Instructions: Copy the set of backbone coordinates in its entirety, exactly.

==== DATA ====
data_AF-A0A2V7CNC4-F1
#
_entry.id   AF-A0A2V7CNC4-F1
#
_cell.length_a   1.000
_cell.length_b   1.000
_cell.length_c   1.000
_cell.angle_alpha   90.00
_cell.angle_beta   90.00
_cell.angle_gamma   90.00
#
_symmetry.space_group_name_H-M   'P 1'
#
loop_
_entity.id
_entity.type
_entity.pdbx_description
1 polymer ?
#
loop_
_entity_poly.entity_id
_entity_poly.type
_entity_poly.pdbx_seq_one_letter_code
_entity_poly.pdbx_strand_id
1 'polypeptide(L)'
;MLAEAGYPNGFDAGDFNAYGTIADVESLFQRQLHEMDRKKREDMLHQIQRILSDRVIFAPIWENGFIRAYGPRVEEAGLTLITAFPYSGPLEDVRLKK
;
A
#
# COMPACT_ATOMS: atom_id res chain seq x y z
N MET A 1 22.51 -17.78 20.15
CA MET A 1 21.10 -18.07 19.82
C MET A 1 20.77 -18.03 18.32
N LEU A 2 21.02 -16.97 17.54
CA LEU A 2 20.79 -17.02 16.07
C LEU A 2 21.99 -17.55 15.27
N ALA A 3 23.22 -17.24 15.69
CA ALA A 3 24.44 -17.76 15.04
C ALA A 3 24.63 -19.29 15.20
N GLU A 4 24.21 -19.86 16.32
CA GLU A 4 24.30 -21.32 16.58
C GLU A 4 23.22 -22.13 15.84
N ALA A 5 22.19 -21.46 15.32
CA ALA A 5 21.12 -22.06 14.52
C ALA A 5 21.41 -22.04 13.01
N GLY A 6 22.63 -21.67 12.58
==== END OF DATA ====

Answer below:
data_AF-A0A2V7CNC4-F1
#
_entry.id   AF-A0A2V7CNC4-F1
#
_cell.length_a   1.000
_cell.length_b   1.000
_cell.length_c   1.000
_cell.angle_alpha   90.00
_cell.angle_beta   90.00
_cell.angle_gamma   90.00
#
_symmetry.space_group_name_H-M   'P 1'
#
loop_
_entity.id
_entity.type
_entity.pdbx_description
1 polymer ?
#
loop_
_entity_poly.entity_id
_entity_poly.type
_entity_poly.pdbx_seq_one_letter_code
_entity_poly.pdbx_strand_id
1 'polypeptide(L)'
;MLAEAGYPNGFDAGDFNAYGTIADVESLFQRQLHEMDRKKREDMLHQIQRILSDRVIFAPIWENGFIRAYGPRVEEAGLTLITAFPYSGPLEDVRLKK
;
A
#
# COMPACT_ATOMS: atom_id res chain seq x y z
N MET A 1 22.51 -17.78 20.15
CA MET A 1 21.10 -18.07 19.82
C MET A 1 20.77 -18.03 18.32
N LEU A 2 21.02 -16.97 17.54
CA LEU A 2 20.79 -17.02 16.07
C LEU A 2 21.99 -17.55 15.27
N ALA A 3 23.22 -17.24 15.69
CA ALA A 3 24.44 -17.76 15.04
C ALA A 3 24.63 -19.29 15.20
N GLU A 4 24.21 -19.86 16.32
CA GLU A 4 24.30 -21.32 16.58
C GLU A 4 23.22 -22.13 15.84
N ALA A 5 22.19 -21.46 15.32
CA ALA A 5 21.12 -22.06 14.52
C ALA A 5 21.41 -22.04 13.01
N GLY A 6 22.63 -21.67 12.58